6 things to know before FDA panel votes today


A vial of the Pfizer/BioNTech COVID-19 vaccine.

Liam McBurney | Reuters

A Food and Drug Administration panel is scheduled to vote Thursday on whether to recommend the approval of Pfizer and BioNTech‘s coronavirus vaccine for emergency use.

The non-binding decision from the agency’s Vaccines and Related Biological Products Advisory Committee, an outside group of experts in infectious diseases and vaccines, is the last step before the FDA is likely to give the final OK to distribute the potentially lifesaving doses throughout the United States.

While the FDA does not have to follow the advisory committee’s recommendation, the agency often takes its advice. Emergency use approval would mark a pivotal moment in the Covid-19 pandemic, which has infected more than 15.3 million Americans and killed at least 288,000 as of Wednesday, according to data compiled by Johns Hopkins University. Hospitals across the U.S. already have a higher load of Covid patients than ever before, and the country’s outbreak is primed to set even more grim records.

Pfizer’s vaccine would be the first approved for use in the U.S.

Here’s what to expect:

1.) When are they voting?

2.) What happens next?

3.) How soon will the vaccine be distributed?

4.) When will I get the vaccine?

Initial doses of the vaccine will be limited as manufacturing ramps up, with officials predicting it will take months to immunize everyone in the U.S. who wants to be vaccinated. The vaccine is expected to be distributed in phases, with the Centers for Disease Control and Prevention asking states to prioritize health-care workers and nursing homes first.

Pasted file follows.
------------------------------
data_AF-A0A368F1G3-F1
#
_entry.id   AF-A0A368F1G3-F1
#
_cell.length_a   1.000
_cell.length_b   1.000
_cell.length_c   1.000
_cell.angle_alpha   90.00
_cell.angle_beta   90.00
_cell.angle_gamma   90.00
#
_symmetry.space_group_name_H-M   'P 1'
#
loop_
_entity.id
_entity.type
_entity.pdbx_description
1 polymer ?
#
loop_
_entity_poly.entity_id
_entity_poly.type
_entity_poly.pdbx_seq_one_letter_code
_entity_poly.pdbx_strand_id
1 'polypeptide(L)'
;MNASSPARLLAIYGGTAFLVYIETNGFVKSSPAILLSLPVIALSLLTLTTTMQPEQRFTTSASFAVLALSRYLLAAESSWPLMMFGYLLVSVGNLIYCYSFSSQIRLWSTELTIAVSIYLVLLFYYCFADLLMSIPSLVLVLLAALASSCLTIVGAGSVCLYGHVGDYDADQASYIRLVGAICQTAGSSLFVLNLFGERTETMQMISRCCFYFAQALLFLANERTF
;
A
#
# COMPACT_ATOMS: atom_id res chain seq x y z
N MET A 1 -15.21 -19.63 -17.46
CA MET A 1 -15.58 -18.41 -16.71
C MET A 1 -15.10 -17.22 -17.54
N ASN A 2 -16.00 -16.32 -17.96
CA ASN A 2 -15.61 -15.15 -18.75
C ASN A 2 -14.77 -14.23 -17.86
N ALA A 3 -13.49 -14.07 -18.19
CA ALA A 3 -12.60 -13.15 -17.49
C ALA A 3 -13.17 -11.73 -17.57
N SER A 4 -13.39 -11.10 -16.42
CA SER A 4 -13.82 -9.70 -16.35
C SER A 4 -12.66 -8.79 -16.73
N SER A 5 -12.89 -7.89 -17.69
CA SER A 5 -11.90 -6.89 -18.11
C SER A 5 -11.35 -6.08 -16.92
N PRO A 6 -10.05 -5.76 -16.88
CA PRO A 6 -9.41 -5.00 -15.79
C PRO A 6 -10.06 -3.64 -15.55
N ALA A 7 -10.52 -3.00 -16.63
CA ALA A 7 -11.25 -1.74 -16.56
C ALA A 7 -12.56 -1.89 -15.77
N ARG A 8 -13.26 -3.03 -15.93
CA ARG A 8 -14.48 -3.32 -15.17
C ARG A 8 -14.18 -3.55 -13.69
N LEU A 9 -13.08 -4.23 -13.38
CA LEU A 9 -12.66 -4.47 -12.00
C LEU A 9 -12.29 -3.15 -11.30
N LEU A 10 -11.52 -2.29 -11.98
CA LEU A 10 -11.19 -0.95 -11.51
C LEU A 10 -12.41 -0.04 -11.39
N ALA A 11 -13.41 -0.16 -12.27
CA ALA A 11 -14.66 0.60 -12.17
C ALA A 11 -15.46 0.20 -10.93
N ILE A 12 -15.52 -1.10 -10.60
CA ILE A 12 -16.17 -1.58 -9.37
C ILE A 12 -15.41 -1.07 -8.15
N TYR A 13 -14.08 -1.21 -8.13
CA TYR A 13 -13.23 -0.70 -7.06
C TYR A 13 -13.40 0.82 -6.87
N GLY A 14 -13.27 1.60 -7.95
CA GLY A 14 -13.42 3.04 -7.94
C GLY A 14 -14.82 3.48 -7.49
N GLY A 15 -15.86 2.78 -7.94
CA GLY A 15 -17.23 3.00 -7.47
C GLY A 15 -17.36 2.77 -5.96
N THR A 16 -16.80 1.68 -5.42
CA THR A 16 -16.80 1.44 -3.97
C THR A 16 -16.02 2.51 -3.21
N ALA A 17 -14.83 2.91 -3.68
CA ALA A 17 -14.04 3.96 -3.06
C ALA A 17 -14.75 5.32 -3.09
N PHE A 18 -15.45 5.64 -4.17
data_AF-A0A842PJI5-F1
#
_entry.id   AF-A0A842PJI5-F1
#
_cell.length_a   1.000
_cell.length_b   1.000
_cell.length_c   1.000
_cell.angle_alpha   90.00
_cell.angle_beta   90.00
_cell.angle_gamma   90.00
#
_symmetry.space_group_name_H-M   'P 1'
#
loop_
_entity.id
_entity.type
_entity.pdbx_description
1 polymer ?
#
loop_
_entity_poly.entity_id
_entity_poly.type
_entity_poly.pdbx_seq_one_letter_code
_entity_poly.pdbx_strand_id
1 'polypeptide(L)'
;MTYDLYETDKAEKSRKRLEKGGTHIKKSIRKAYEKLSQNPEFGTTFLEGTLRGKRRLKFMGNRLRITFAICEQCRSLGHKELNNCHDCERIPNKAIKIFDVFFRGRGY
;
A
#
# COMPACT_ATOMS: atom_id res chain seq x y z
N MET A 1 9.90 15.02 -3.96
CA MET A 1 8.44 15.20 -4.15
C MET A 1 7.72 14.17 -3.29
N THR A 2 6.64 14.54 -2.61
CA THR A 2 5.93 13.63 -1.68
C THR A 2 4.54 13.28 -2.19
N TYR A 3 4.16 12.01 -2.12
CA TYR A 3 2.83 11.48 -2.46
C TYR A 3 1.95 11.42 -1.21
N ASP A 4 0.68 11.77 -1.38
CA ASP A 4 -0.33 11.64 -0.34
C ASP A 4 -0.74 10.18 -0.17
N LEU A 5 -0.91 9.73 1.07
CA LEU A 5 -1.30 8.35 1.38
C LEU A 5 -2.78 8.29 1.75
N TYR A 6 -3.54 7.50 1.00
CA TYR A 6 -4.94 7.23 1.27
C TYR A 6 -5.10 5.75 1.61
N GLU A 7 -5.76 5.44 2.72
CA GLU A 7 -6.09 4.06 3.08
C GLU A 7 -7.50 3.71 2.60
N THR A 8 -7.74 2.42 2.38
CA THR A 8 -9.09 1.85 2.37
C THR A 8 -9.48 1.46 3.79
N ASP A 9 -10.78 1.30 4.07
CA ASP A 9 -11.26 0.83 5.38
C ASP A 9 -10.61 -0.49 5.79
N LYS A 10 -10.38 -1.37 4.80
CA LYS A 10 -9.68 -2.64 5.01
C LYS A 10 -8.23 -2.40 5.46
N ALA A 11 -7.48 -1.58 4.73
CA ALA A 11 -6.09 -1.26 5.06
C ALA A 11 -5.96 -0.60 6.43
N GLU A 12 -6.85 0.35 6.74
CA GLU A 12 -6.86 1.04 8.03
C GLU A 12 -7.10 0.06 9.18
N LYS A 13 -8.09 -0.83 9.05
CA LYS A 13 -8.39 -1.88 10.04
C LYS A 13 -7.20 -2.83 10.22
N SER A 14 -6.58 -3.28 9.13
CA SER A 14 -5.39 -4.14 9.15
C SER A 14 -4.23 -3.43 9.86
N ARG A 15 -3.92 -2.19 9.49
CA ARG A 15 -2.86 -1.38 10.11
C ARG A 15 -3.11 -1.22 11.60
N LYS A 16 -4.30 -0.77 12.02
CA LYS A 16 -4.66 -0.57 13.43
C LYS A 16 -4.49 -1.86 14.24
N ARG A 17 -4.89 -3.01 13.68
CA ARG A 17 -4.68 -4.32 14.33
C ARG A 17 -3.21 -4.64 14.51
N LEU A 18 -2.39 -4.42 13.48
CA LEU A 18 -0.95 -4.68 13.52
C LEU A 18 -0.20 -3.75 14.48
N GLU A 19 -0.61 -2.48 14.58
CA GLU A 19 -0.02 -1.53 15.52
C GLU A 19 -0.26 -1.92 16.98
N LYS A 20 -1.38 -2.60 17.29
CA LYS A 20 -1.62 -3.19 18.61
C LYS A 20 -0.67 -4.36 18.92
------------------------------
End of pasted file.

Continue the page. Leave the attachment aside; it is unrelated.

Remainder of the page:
Dr. Moncef Slaoui, who is leading President Donald Trump’s vaccine program Operation Warp Speed, has said the U.S. should be able to distribute enough vaccine doses to immunize 100 million Americans by the end of February, nearly a third of the U.S. population. He has said the entire U.S. population could be vaccinated against Covid-19 by June.

5.) Should I get the vaccine if I’ve had Covid?

The FDA said Tuesday that patients who have had Covid-19 may still be at risk of reinfection and could benefit from the vaccine. 

The World Health Organization said last week that researchers are still trying to determine how long an antibody response lasts after someone is infected with the virus. In a recent Oxford study, researchers found that people who have contracted the coronavirus are “highly unlikely” to contract the disease again for at least six months.

“We have seen the number of people infected continue to grow, but we’re also seeing data emerge that protection may not be lifelong, and therefore we may see reinfections begin to occur,” Dr. Mike Ryan, executive director of the WHO’s health emergencies program, said on Dec. 4. “So the question is: What are the levels of protection in society?”

6.) What about side effects?

Most people don’t have serious side effects from vaccines, and severe reactions are extremely rare, according to the Department of Health and Human Services. Slaoui has said says Pfizer’s and Moderna’s vaccines are safe, with only 10% to 15% of volunteers reporting side effects that were “significantly noticeable.”

Participants in Moderna’s and Pfizer’s coronavirus vaccine trials told CNBC in September that they were experiencing high fever, body aches, bad headaches, daylong exhaustion and other symptoms after receiving the shots. While the symptoms were uncomfortable, and at times intense, the participants said they often went away after a day, sometimes sooner, and that it was better than getting Covid-19.

The FDA notes there is currently insufficient data to make conclusions about the safety of the vaccine in children under age 16, pregnant women and people with compromised immune systems.

U.K. drug regulator warned Wednesday that people who have a history of “significant” allergic reactions should not receive the coronavirus vaccine developed by Pfizer.



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